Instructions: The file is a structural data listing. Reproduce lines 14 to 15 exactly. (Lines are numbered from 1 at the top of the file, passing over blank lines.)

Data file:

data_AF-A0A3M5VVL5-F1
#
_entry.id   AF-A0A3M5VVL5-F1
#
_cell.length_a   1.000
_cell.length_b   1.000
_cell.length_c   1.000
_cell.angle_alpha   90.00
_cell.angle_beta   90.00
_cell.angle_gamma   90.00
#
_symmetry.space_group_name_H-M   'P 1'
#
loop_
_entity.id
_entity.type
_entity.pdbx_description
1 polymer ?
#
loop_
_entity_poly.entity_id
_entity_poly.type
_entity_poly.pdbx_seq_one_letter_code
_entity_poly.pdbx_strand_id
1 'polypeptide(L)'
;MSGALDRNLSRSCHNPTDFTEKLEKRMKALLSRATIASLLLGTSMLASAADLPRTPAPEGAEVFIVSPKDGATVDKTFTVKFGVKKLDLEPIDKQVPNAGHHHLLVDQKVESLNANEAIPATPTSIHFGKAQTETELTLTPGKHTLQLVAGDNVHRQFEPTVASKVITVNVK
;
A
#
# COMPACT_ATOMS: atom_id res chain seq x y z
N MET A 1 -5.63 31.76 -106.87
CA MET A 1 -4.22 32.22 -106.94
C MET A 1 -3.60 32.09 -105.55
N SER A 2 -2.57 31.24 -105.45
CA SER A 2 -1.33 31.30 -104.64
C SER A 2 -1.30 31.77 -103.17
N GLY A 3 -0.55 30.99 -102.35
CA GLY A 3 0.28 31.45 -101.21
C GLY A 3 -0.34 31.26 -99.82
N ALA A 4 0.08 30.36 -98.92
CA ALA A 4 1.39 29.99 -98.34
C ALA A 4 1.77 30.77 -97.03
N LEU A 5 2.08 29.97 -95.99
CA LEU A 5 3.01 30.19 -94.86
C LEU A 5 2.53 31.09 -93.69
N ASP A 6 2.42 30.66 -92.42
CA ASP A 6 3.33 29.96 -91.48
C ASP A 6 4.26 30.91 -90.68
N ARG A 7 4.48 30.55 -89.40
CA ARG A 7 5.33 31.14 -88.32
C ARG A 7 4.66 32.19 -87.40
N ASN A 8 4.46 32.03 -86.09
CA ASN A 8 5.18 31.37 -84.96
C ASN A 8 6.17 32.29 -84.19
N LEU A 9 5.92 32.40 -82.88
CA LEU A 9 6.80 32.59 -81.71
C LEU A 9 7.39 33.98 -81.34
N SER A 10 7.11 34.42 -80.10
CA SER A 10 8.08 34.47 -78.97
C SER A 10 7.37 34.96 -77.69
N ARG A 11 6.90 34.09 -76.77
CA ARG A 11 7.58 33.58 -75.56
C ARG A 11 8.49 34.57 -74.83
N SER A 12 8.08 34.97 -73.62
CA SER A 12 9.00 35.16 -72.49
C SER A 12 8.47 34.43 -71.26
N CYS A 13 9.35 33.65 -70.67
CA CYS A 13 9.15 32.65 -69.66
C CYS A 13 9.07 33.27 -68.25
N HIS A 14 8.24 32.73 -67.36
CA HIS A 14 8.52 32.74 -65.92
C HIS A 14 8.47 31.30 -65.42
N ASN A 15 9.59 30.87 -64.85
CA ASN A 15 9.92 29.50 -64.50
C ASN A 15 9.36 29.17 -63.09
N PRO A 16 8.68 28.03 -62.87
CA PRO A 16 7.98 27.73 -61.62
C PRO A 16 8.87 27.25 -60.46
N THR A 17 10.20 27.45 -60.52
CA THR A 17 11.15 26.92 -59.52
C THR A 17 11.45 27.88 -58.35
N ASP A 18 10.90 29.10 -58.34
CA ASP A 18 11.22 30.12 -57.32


loop_
_entity.id